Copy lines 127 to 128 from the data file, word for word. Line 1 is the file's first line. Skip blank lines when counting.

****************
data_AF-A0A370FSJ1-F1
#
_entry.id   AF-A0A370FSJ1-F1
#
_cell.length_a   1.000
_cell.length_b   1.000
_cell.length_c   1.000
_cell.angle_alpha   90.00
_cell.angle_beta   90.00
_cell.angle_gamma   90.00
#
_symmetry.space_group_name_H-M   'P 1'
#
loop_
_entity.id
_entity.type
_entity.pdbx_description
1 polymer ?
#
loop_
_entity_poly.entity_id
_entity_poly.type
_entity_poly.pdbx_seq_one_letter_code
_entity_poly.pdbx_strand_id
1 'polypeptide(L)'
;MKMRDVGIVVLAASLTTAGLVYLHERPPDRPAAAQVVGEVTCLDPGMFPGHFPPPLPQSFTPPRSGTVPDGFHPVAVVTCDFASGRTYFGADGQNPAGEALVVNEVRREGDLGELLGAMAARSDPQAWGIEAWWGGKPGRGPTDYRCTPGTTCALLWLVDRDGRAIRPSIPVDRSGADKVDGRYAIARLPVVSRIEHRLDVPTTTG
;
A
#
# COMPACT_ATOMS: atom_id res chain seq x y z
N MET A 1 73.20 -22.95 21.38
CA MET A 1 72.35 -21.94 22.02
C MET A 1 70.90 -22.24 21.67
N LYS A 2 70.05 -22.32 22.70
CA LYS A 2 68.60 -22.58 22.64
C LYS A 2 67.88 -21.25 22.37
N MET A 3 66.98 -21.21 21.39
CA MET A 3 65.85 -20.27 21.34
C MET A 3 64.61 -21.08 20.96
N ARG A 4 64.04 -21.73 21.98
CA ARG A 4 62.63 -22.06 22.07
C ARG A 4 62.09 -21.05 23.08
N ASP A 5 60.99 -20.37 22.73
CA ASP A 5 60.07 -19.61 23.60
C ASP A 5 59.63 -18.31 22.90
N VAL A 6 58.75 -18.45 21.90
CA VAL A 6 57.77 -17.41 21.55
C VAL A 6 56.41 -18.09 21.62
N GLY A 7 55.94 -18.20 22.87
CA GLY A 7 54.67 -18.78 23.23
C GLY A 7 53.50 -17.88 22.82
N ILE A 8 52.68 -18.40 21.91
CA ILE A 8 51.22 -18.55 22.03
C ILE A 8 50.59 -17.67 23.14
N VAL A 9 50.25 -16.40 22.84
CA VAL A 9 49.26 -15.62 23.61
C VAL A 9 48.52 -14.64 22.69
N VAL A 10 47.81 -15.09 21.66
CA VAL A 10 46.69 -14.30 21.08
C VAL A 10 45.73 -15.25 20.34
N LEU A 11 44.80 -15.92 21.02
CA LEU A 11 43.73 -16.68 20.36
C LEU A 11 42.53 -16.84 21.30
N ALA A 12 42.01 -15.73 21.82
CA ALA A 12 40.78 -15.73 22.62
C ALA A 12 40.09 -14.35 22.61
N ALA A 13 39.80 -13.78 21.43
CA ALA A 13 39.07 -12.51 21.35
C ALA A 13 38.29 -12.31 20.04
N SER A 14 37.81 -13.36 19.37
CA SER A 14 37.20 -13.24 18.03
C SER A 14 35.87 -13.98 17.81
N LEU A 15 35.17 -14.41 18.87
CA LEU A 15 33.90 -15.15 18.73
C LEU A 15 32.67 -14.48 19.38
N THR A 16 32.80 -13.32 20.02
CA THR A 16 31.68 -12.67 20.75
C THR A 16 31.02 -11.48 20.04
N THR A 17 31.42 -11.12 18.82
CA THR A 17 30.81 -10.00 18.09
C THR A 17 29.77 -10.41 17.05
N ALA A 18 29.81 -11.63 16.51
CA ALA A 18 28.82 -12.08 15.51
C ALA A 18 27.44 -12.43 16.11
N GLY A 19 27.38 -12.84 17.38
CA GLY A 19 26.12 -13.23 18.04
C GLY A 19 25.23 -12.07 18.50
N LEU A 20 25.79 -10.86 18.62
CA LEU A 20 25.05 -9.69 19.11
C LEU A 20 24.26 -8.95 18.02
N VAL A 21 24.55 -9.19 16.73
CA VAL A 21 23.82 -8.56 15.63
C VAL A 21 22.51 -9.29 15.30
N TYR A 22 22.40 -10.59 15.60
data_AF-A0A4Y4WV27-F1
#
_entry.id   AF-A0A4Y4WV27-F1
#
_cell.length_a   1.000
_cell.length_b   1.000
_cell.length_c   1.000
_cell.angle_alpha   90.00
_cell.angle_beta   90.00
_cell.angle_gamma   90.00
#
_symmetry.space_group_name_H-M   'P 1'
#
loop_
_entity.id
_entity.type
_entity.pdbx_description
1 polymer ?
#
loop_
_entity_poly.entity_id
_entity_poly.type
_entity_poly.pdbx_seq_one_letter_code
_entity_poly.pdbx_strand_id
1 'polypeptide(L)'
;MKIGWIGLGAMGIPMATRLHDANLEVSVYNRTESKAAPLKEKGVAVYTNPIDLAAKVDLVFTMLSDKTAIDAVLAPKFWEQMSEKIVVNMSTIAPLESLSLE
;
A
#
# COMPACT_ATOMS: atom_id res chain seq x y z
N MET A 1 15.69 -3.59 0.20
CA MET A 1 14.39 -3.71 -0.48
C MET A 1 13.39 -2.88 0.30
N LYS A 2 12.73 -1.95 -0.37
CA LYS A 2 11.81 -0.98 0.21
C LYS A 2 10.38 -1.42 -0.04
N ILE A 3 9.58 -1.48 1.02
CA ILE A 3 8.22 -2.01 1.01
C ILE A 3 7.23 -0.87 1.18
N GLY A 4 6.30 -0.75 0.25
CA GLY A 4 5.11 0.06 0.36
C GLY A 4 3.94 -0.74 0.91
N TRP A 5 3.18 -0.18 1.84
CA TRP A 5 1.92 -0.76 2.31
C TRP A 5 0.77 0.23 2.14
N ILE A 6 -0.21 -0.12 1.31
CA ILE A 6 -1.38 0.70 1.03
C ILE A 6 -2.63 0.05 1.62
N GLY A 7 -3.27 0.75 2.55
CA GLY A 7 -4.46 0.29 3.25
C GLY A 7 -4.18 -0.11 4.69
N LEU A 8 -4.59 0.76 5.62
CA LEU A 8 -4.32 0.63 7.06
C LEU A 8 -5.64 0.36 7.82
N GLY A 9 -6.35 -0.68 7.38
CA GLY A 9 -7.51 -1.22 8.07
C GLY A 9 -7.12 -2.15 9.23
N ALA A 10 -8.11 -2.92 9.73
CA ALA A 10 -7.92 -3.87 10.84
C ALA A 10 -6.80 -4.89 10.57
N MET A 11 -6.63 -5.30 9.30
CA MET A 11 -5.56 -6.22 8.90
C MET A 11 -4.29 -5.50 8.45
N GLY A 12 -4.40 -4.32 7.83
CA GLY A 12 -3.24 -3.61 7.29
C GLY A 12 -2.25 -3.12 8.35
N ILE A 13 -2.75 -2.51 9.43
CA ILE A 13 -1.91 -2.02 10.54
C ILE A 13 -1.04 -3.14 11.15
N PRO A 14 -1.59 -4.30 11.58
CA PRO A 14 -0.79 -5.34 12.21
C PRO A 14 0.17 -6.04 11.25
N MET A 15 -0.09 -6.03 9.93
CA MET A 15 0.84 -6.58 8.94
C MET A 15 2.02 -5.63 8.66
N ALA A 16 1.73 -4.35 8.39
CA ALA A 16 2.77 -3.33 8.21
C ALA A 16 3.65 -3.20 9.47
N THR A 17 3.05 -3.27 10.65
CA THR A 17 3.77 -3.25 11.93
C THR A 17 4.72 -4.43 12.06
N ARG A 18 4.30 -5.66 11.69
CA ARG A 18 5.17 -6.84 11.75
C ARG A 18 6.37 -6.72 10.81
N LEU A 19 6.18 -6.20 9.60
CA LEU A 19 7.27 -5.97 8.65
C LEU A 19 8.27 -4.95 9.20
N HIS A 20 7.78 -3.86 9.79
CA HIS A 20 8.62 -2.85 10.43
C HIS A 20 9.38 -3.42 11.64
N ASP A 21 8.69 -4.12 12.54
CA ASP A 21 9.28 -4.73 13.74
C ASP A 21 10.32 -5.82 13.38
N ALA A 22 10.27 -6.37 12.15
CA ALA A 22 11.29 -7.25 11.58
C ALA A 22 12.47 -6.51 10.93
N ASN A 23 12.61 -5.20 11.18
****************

C MET A 1 13.39 -2.88 0.30
N LYS A 2 12.73 -1.95 -0.37